Abu Dhabi is putting the final touches on an oil pipeline that will allow the emirate to bypass the congested Strait of Hormuz, through which about 40% of all sea-borne crude is currently shipped.
Completion of the project is viewed as increasingly timely, not only in reducing congestion in the Straits but also as geopolitical tensions with Iran have escalated in recent months.
The Abu Dhabi Crude Oil Pipeline (ADCOP), which will enable the emirate to answer any challenges to its oil-exporting capabilities, is a 370-km-long, 1.2-metre-wide pipeline running from Habshan in south-western Abu Dhabi to Fujairah’s export terminals, located on the Gulf of Oman. Costing some $3bn, the line will be able to transport 1.5m barrels per day (bpd) of crude oil. Although an exact date for the project’s completion has yet to be formally announced, the pipeline is expected to be fully operational in summer 2012.
The Abu Dhabi-based International Petroleum Investment Company (IPIC), the overseas energy investment arm of the Abu Dhabi government, and China Petroleum Engineering & Construction Corporation, a subsidiary of the China National Petroleum Corporation, are leading the project, which was launched four years ago. Abu Dhabi Company for Onshore Oil Operations (ADCO), the majority state-owned enterprise, has been tasked with the pre-commissioning, commissioning, start-up, performance testing and handover of the project facilities.
While most analysts say that it is unlikely that Iran would follow through with its threats to close the Strait of Hormuz, many suggest that this is not really Tehran’s plan. Instead, a low level campaign could be waged, which could push up freighting charges, insurance costs and the price of oil itself.
The importance of developing an alternative export route gains even greater significance as Abu Dhabi pursues its plans to ramp up production to 3.5m bpd before the end of the decade, up from the present output levels of about 2.7m bpd. Abu Dhabi National Oil Company (ADNOC) has said that it expects onshore production to rise by 213,000 bpd in 2012, with further increases in output to come from offshore fields.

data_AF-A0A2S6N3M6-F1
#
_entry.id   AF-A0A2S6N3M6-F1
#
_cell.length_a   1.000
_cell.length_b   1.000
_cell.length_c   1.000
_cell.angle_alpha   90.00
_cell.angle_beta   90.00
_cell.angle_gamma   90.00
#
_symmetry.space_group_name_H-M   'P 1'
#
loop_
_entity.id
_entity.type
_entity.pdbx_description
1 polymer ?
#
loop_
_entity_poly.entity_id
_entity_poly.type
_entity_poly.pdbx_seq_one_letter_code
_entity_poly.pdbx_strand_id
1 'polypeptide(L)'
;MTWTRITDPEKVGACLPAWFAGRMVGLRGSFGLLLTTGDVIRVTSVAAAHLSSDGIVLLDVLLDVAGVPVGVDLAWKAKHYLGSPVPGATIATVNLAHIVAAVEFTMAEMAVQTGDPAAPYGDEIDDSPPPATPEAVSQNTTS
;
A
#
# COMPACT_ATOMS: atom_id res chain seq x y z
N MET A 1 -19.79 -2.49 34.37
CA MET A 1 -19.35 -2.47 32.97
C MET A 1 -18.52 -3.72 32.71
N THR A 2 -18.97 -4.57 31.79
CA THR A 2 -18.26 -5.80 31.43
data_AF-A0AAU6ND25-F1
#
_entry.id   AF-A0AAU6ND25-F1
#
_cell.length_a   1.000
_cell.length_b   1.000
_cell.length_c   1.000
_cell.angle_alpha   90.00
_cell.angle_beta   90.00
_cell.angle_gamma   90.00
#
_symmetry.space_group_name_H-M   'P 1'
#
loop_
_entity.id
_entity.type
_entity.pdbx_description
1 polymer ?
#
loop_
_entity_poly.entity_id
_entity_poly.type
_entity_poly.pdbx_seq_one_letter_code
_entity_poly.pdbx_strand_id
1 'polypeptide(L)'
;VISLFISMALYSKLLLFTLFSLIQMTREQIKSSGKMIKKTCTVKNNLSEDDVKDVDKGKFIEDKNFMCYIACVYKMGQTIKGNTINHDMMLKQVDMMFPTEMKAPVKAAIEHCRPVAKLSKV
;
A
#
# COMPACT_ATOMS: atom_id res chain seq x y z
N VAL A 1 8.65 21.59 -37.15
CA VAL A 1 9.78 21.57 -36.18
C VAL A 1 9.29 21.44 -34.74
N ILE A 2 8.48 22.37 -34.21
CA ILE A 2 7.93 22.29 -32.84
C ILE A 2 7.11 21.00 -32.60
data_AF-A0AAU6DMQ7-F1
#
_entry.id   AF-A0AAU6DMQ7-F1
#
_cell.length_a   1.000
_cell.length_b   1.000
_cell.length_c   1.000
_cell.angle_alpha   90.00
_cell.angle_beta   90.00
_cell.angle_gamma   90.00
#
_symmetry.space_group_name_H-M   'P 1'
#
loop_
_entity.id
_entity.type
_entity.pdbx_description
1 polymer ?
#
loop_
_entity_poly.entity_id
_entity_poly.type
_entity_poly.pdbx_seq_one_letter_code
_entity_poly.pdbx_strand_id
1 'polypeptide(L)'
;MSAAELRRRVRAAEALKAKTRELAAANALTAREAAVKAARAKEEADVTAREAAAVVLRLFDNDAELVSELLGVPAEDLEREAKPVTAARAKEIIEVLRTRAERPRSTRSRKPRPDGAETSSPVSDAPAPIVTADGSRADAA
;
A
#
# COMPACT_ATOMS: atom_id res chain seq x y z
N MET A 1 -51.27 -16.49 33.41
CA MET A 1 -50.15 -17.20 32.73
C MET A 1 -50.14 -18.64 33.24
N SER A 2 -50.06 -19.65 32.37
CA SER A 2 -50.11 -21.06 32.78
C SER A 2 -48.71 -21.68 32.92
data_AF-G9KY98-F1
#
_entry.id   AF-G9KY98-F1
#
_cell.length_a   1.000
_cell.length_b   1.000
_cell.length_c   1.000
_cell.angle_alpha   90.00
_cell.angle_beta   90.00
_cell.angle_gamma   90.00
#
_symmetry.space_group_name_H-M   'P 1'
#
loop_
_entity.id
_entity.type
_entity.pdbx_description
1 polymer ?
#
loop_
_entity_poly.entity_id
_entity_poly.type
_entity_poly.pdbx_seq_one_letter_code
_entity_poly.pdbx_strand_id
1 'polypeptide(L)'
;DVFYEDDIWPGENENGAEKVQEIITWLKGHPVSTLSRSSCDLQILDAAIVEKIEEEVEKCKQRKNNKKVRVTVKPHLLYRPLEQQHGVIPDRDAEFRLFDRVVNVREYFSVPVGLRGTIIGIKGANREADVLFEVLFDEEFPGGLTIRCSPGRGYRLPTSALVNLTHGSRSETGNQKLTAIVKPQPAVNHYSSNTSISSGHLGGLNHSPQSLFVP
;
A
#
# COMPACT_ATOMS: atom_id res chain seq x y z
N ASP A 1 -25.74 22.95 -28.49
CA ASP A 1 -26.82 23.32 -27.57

IPIC also has plans to develop a large-scale refinery close to the end point of the pipeline at Fujairah, which would mean Abu Dhabi could not only continue to export crude should there be a disruption to tanker traffic in the Strait of Hormuz, but the emirate would also be able to maintain sales of value-added processed fuel products. If all goes according to schedule, the $3bn refinery will be operational by 2016.
ADCOP may not be not the last word in Abu Dhabi’s programme to safeguard the flow of oil. A second pipeline to the Fujairah terminal is reportedly in the works, one that would carry product from Abu Dhabi’s offshore fields, which is heavier than the take from the emirate’s onshore reservoirs. This second line would also be able to carry oil from some of Abu Dhabi’s neighbours, earning ADNOC and the government additional revenue through transit fees.
With ADCOP, Abu Dhabi will have another connection to global oil markets, one that will strengthen its position as a leading oil exporter and – by guaranteeing supplies – could help smooth out some of the fluctuations in oil prices.